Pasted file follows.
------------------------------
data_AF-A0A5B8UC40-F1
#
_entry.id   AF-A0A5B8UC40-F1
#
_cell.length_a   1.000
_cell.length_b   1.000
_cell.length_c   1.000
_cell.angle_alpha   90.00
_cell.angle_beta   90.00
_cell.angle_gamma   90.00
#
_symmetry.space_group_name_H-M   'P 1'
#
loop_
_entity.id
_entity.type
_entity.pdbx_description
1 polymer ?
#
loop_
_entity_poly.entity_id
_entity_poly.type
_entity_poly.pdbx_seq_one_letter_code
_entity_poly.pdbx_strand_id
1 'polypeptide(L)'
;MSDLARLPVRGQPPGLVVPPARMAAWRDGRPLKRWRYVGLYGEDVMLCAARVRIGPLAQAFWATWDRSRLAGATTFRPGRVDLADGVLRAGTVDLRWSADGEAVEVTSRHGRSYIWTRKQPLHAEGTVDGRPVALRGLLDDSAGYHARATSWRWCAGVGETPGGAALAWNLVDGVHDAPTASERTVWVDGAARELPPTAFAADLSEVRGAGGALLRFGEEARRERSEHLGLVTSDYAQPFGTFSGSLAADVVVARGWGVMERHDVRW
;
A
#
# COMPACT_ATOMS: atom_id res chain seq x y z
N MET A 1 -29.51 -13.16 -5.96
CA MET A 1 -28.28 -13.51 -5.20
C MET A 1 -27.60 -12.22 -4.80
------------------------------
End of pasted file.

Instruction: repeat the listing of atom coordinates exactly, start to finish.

data_AF-A0A5B8UC40-F1
#
_entry.id   AF-A0A5B8UC40-F1
#
_cell.length_a   1.000
_cell.length_b   1.000
_cell.length_c   1.000
_cell.angle_alpha   90.00
_cell.angle_beta   90.00
_cell.angle_gamma   90.00
#
_symmetry.space_group_name_H-M   'P 1'
#
loop_
_entity.id
_entity.type
_entity.pdbx_description
1 polymer ?
#
loop_
_entity_poly.entity_id
_entity_poly.type
_entity_poly.pdbx_seq_one_letter_code
_entity_poly.pdbx_strand_id
1 'polypeptide(L)'
;MSDLARLPVRGQPPGLVVPPARMAAWRDGRPLKRWRYVGLYGEDVMLCAARVRIGPLAQAFWATWDRSRLAGATTFRPGRVDLADGVLRAGTVDLRWSADGEAVEVTSRHGRSYIWTRKQPLHAEGTVDGRPVALRGLLDDSAGYHARATSWRWCAGVGETPGGAALAWNLVDGVHDAPTASERTVWVDGAARELPPTAFAADLSEVRGAGGALLRFGEEARRERSEHLGLVTSDYAQPFGTFSGSLAADVVVARGWGVMERHDVRW
;
A
#
# COMPACT_ATOMS: atom_id res chain seq x y z
N MET A 1 -29.51 -13.16 -5.96
CA MET A 1 -28.28 -13.51 -5.20
C MET A 1 -27.60 -12.22 -4.80